A Butterfly Flapping Its WingsThe letter was clutched in strong fingers which, had they belonged to a lesser man, might have been trembling.A Butterfly Flapping Its Wings3 years ago in Short Stories More Like This
It wasn't happiness or elation that he felt. There was a vindication that scratched on the edges of his thoughts, but the only thing really resonating in his mind was, 'what now?' It was the first time in a long while since he had heard anything beside the scornful echoes of his father's words.
It was a dream.
Almost a decade had passed since they'd been said. He'd shyly expressed his fondness for art as a schoolboy, and his father had promptly crushed his meek hopes with an iron tongue. "Fool," he had said. "Dreamer, head in the clouds." He'd laughed then, coarse and cruel. "You'd never make it." And the next semester his star-gazer of a son had been enrolled into technical school.
It started with death.
Standing cold and numb as his father was buried, it was his mother that convinced him to apply that first time with her soft word
Heart, Have No PityThe train sways from side to side, gray subway lights washing away all color from the world, and the shuffle on his music player is playing only the songs Jesper hates. He hits the skip button again and again, tries to keep his briefcase pinned between his legs. There is a coffee stain on his shirt, but he did not have enough time to sprint to his bedroom and change before he had to leave to make his train on time. He cannot afford to be late again.Heart, Have No Pity2 years ago in Short Stories More Like This
Skip-skip-skip. He should stop allowing his sister into his apartment; she always deletes his good music and replaces it with pop that Jesper despises. He thinks he hears his station being called in between the melodious shrieks of ABBA, so he snatches his bag and stumbles out the door, unwinding his headphones and stuffing his music player in his trench coat's pocket.
Jesper takes five steps before he glances up. The train has already rattled out of the station, and he is not in the correct place. He did not even know that the subway runs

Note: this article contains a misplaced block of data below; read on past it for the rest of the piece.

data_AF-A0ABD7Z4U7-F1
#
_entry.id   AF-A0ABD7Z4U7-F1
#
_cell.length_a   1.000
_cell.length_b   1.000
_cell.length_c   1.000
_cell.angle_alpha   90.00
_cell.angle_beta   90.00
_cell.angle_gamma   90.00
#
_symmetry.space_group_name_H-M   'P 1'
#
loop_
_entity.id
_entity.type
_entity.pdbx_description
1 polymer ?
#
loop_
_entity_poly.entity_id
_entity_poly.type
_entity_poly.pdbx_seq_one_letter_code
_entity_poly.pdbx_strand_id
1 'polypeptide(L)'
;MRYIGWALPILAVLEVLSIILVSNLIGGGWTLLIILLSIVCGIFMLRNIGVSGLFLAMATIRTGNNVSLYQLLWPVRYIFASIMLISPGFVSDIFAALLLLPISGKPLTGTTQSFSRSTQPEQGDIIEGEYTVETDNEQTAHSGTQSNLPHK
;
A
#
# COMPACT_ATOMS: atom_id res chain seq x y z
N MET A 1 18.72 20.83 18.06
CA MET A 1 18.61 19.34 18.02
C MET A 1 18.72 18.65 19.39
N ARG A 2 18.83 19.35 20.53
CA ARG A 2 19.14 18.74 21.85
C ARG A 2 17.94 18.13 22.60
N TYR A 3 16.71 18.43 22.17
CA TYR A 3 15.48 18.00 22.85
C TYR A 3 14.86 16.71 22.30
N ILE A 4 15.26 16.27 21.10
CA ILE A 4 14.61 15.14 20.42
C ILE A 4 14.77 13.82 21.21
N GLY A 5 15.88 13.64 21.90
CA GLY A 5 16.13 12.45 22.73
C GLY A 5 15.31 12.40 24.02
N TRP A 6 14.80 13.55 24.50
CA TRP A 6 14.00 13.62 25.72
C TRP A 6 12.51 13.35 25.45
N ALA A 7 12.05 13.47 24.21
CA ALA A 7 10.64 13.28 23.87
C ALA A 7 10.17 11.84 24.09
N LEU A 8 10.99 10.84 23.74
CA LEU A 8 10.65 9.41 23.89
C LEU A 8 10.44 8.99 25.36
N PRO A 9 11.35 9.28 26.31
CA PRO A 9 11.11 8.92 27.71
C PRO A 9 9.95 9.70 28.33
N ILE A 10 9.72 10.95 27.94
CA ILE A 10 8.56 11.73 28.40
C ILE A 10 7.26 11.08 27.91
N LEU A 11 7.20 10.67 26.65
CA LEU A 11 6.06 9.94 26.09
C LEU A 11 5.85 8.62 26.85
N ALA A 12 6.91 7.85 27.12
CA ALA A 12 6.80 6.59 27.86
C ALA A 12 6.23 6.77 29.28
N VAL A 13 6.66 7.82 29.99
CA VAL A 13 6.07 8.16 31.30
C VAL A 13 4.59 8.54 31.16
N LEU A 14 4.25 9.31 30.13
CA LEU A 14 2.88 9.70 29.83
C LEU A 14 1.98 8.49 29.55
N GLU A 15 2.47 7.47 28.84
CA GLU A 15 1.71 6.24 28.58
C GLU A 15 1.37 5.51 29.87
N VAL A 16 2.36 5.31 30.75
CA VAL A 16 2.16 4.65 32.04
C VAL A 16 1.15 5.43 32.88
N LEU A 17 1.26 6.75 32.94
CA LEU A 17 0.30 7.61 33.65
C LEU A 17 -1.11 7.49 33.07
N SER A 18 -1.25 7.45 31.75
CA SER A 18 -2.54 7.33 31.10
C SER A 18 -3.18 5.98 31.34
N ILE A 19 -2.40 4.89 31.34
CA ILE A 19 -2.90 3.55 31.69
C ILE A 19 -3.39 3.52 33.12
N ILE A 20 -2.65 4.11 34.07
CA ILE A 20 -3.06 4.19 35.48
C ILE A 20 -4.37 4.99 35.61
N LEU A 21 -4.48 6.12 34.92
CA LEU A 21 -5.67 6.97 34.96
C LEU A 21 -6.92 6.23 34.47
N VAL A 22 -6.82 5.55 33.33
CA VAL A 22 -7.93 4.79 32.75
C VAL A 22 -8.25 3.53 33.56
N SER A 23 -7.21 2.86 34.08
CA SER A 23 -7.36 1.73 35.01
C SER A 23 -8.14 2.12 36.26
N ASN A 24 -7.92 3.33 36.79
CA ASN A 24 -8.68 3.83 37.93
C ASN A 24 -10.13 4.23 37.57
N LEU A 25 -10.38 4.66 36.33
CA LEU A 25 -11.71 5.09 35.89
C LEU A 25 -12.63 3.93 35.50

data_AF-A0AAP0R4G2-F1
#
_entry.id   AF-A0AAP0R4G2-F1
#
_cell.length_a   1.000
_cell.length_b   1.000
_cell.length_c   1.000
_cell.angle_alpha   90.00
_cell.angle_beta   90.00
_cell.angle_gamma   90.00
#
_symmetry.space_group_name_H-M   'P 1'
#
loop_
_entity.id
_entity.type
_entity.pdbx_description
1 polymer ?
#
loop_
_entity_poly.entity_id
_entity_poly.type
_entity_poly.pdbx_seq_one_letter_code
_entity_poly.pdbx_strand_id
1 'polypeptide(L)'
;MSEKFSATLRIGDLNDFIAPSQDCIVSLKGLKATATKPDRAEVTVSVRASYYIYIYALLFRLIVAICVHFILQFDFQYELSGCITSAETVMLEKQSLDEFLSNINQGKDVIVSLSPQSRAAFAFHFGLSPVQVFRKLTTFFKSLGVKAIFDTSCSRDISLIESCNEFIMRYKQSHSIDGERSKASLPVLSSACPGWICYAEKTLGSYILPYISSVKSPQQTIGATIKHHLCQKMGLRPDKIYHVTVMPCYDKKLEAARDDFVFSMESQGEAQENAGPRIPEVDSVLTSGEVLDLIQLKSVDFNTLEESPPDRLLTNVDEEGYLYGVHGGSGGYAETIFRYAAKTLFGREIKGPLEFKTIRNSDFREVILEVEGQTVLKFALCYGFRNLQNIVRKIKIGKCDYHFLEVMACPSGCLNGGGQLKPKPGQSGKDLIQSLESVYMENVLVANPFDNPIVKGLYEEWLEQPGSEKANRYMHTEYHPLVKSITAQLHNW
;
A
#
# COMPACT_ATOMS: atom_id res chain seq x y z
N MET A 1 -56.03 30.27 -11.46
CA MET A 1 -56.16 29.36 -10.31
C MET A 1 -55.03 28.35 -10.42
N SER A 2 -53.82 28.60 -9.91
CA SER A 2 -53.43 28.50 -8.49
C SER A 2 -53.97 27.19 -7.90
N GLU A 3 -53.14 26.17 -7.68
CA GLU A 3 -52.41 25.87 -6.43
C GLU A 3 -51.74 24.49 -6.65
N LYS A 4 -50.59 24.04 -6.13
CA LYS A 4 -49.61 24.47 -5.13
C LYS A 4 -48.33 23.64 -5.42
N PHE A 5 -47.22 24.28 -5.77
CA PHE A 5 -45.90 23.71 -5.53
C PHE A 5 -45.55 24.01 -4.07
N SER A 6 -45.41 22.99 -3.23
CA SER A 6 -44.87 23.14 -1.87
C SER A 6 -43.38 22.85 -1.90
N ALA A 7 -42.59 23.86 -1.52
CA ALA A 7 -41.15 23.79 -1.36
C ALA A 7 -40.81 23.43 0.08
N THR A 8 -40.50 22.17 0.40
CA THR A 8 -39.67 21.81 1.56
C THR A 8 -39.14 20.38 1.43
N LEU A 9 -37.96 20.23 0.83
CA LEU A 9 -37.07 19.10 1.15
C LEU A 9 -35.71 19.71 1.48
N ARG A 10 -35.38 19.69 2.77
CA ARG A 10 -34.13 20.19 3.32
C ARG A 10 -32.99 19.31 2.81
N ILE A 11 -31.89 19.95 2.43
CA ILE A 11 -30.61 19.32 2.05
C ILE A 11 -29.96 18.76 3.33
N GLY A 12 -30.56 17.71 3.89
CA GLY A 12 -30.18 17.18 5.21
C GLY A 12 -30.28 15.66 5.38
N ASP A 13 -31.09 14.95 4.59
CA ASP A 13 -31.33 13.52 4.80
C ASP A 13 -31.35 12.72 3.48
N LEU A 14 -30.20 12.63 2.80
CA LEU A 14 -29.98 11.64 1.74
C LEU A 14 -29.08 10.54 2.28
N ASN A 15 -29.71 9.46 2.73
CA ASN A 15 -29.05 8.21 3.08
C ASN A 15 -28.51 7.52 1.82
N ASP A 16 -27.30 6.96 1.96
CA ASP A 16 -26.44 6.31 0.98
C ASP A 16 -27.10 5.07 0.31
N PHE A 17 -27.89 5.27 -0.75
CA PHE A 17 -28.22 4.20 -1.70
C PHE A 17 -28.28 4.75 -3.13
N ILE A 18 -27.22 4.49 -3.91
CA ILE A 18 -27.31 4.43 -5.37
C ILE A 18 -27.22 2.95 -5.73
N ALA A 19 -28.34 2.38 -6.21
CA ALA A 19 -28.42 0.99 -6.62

BloomersMichael is by no means a queer boy. Well, that's if you take "queer" to mean "homosexual." If you take "queer" to mean "strange," then Michael would seem to be a rather queer boy, and not just because he reads encyclopedias and dictionaries on summer break.Bloomers3 years ago in Short Stories More Like This
Michael is fourteen and going out with a very nice girl. They have been friends since third grade, and Michael likes her quite a lot. They play video games and bake cookies together. They tell each other all their secrets.
Well, almost all their secrets.
Michael knows it now, he can't tell anyone the truth. He's watched the other boys grow up and grow vicious, throw the word "fag" around like it might make their chest hair sprout faster. He's watched the girls grow up too, and he's watched them capitalize on the "fags," take them shopping and paint their nails. Some of them probably are gay. The rest are just unfortunate and hoping that someday those girls might fall in love with their GBFFs. But Michael's girlfriend had advised him
Practical ArtAngela was an artist, but not in the conventional sense. She didn't use canvas and paint, and the idea of sculpting something made out of a material as mundane as clay made her want to vomit. She loathed the idea of creating art for art's sake; anything she made, she wanted there to be a practical use for it, something beyond decoration.Practical Art3 years ago in Short Stories More Like This
She labored on each piece she created for countless hours, making sure every detail was perfect. Sometimes it could take months for her to finish a single work. She'd always ask me to take a look at her pieces and demanded that I point out something she could improve upon. I was never an artist myself, but thanks to Angela I was able to spot the tiniest flaws in design.
Angela drew her inspiration from everywhere: nature, mythology, both ancient and modern culture. The list went on and on. Once, she sculpted Atlas, the Greek titan who supported the world, and fashioned him into a rather nice coffee table. She chose to reject the semi modern idea of him
The Music in the Water† † Hank told her not to put her tent by the creek, but she did.The Music in the Water2 years ago in Flash Fiction & Vignettes More Like This
† † He figured the young girl wouldn't listen to him, whether she was his cousin or not. He was just an old man by her reckoning, and Hank knew many young folks rarely listened to old men.
† † Hell, Hank was an old man by his own reckoning.
Every winter morning told him that.
†† †The cold said, "You're an old man who can barely get out of bed. It hurts too much to move. Will you make it today?"